Aurora (novel)

Aurora is a 2015 novel by American science fiction author Kim Stanley Robinson. The novel concerns a generation ship built in the style of a Stanford torus traveling to Tau Ceti in order to begin a human colony. The novel’s primary narrating voice is the starship’s artificial intelligence. The novel was well received by critics.

Aurora (novel) was last modified: May 24th, 2020 by Jovan Stosic


Concise Oxford English Dictionary
■ noun intense or irrational dislike or fear of people from other countries.

xenophobe noun
xenophobic adjective

ксенофобија; n. ксенофобија, омраза кон странци; омраза кон странци; ксенофобија, омраза, страв

English-Serbian dictionary

Merriam-Webster Collegiate® Dictionary
Pronunciation: ˌze-nə-‘fō-bē-ə, ˌzē-
Function: noun
Etymology: New Latin
Date: 1903

: fear and hatred of strangers or foreigners or of anything that is strange or foreign

xenophobia was last modified: May 23rd, 2020 by Jovan Stosic

Boletus pinophilus

Boletus pinophilus, commonly known as the pine bolete or pinewood king bolete, is a basidiomycete fungus of the genus Boletus found throughout Europe. For many years, Boletus pinophilus was considered a subspecies or form of the porcini mushroom B. edulis. In 2008, B. pinophilus in western North America were reclassified as a new species, Boletus rex-veris. Boletus pinophilus is edible, and may be preserved and cooked.

The fungus grows predominantly in coniferous forests, forming symbiotic ectomycorrhizal associations with living trees by enveloping the tree’s underground roots with sheaths of fungal tissue. The fungus produces spore-bearing fruit bodies above ground in summer and autumn. The large, edible fruiting bodies known as mushrooms appear under pine trees, generally in summer and autumn. It has a matte brown to maroon-coloured cap and its stem is often large and swollen, and the overall colour may have an orange-red tinge. As with other boletes, the size of the fruiting body is variable.

Boletus pinophilus was last modified: May 23rd, 2020 by Jovan Stosic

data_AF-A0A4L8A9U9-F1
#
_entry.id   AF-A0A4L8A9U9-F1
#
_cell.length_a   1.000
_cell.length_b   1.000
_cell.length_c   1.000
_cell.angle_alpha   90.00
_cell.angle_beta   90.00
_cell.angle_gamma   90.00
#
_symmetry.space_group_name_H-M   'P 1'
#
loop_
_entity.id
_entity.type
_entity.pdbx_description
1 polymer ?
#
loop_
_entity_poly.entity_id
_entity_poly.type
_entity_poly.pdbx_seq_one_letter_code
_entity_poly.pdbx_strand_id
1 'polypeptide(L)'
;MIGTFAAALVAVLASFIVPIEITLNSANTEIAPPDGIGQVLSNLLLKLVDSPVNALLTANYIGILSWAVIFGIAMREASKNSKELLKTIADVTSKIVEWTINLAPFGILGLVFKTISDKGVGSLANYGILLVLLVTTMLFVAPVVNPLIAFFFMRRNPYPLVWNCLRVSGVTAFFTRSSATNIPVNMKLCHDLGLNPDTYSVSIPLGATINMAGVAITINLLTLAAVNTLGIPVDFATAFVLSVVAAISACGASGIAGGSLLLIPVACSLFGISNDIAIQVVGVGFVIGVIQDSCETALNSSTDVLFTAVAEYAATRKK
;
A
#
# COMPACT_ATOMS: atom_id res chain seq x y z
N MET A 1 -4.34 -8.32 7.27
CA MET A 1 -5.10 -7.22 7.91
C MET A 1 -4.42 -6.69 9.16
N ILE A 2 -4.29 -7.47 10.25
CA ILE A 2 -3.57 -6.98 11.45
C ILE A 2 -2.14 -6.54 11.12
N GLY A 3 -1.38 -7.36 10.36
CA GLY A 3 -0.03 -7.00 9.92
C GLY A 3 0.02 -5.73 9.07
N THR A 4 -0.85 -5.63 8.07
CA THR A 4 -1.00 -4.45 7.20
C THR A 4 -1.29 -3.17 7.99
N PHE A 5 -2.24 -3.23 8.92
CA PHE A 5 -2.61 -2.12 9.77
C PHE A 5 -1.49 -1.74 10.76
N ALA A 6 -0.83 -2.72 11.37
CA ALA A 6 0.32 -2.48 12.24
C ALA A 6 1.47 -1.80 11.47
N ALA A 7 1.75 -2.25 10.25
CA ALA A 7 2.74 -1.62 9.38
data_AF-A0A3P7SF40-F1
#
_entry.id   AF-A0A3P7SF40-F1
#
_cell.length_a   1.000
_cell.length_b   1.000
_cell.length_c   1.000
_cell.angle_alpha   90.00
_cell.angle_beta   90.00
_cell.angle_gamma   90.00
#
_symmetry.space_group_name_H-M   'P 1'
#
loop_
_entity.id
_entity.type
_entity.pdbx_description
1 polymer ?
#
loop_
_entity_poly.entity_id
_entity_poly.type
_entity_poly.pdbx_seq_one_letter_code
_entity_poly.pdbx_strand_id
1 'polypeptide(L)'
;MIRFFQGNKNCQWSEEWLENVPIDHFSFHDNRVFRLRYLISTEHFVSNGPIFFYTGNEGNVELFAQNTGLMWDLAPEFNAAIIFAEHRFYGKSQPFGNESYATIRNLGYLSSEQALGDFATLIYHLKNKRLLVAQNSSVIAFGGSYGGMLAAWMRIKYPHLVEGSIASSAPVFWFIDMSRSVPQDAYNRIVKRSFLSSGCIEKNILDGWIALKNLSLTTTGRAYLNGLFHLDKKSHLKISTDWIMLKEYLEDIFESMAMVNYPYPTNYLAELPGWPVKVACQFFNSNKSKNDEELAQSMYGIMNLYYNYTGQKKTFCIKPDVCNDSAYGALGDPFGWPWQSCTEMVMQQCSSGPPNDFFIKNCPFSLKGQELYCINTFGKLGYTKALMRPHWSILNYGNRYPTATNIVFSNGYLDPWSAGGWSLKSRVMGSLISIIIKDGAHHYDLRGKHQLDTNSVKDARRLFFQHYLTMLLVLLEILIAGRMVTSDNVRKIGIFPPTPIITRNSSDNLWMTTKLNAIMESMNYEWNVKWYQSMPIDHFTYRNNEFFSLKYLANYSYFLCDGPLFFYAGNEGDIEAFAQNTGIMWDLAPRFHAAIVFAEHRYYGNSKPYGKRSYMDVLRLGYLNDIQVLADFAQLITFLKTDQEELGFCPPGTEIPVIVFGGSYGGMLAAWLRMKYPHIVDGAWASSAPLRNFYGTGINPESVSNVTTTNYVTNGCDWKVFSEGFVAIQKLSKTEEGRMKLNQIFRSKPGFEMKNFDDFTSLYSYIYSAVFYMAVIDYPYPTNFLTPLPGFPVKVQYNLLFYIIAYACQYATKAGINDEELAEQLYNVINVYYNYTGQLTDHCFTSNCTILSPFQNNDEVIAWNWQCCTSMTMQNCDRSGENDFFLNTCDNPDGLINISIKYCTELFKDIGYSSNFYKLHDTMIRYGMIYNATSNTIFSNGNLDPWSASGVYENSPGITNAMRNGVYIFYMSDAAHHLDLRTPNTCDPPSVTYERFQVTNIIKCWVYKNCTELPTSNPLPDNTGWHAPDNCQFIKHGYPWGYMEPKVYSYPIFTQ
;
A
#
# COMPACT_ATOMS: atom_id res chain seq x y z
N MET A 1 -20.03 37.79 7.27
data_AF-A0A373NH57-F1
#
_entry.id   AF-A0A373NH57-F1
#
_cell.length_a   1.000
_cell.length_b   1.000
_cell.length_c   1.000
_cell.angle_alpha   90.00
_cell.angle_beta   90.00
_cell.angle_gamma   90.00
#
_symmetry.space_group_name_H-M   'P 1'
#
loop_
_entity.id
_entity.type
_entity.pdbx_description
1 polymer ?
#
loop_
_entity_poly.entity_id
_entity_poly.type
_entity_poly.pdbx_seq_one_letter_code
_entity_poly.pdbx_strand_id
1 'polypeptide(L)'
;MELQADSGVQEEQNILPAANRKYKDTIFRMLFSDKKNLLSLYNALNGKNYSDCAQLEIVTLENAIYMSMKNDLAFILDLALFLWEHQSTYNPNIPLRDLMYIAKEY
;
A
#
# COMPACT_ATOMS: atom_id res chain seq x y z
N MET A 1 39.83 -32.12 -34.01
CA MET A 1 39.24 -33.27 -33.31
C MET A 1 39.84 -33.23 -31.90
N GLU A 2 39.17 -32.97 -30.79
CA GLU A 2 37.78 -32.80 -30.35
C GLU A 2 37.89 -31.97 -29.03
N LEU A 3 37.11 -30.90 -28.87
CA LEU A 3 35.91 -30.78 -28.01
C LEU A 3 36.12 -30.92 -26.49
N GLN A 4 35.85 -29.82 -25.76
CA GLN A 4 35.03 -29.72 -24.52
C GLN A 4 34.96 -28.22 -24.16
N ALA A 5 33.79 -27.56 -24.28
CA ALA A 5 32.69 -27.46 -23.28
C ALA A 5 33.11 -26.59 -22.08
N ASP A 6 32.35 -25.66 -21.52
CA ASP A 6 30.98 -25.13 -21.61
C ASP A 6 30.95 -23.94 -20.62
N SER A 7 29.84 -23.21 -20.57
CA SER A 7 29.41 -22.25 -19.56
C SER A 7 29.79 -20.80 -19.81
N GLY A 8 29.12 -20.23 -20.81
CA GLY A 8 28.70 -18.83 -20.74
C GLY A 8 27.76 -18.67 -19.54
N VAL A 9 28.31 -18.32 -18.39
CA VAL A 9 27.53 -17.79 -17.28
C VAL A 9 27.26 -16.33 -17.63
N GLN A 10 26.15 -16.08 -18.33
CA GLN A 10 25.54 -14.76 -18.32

Boletus reticulatus

Boletus reticulatus (formerly known as Boletus aestivalis (Paulet) Fr.), and commonly referred to as the summer cep is a basidiomycete fungus of the genus Boletus. It occurs in deciduous forests of Europe where it forms a symbiotic mycorrhizal relationship with species of oak (Quercus). The fungus produces fruiting bodies in the summer months which are edible and popularly collected. The summer cep was formally described by Jacob Christian Schäffer as Boletus reticulatus in 1774, which took precedence over B. aestivalis as described by Jean-Jacques Paulet in 1793.

Boletus reticulatus was last modified: May 23rd, 2020 by Jovan Stosic

Crontab Day of the Week syntax

0 and 7 both stand for Sunday, you can use the one you want, so writing 0-6 or 1-7 has the same result.

Also, as suggested by @Henrik, it is possible to replace numbers by shortened name of days, such as MON, THU, etc:

0 - Sun      Sunday
1 - Mon      Monday
2 - Tue      Tuesday
3 - Wed      Wednesday
4 - Thu      Thursday
5 - Fri      Friday
6 - Sat      Saturday
7 - Sun      Sunday


 ┌────────── minute (0 - 59)
 │ ┌──────── hour (0 - 23)
 │ │ ┌────── day of month (1 - 31)
 │ │ │ ┌──── month (1 - 12)
 │ │ │ │ ┌── day of week (0 - 6 => Sunday - Saturday, or
 │ │ │ │ │                1 - 7 => Monday - Sunday)
 ↓ ↓ ↓ ↓ ↓
 * * * * * command to be executed

Finally, if you want to specify day by day, you can separate days with commas, for example SUN,MON,THU will exectute the command only on sundays, mondays on thursdays.

Crontab Day of the Week syntax was last modified: May 23rd, 2020 by Jovan Stosic

How to see time stamps in bash history?

HISTTIMEFORMAT="%d/%m/%y %T "  # for e.g. “29/02/99 23:59:59”
HISTTIMEFORMAT="%F %T "        # for e.g. “1999-02-29 23:59:59”

To make the change permanent for the current user run:

echo 'HISTTIMEFORMAT="%d/%m/%y %T "' >> ~/.bashrc  # or respectively
echo 'HISTTIMEFORMAT="%F %T "' >> ~/.bashrc
source ~/.bashrc

To test the effects run:


How to see time stamps in bash history? was last modified: May 23rd, 2020 by Jovan Stosic